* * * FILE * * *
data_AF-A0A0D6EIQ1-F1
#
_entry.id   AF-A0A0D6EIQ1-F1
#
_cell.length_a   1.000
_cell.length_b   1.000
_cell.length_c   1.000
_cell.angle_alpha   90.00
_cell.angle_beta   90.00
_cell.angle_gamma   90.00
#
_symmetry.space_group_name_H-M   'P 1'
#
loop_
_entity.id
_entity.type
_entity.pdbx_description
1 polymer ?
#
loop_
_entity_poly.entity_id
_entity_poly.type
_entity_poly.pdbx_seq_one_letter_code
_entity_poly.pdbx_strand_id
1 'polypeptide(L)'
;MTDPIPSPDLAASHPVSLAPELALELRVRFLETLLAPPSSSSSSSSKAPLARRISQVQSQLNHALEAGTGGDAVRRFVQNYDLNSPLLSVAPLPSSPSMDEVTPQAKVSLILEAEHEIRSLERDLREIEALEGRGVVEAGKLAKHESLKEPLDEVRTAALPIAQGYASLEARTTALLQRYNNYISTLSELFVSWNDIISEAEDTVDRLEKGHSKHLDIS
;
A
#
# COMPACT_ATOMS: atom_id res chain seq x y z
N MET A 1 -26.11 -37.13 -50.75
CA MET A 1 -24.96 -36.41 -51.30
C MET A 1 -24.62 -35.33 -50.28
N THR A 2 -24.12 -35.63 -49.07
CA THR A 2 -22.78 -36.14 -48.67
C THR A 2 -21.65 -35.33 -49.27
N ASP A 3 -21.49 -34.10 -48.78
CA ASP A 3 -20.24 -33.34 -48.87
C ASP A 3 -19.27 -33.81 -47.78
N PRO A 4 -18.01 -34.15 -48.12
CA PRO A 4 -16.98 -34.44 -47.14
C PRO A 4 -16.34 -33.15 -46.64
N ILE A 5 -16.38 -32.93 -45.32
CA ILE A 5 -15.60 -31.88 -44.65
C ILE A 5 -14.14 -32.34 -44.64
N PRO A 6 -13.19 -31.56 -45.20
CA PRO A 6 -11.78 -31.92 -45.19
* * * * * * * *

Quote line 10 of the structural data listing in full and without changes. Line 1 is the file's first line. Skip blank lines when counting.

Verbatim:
_cell.angle_gamma   90.00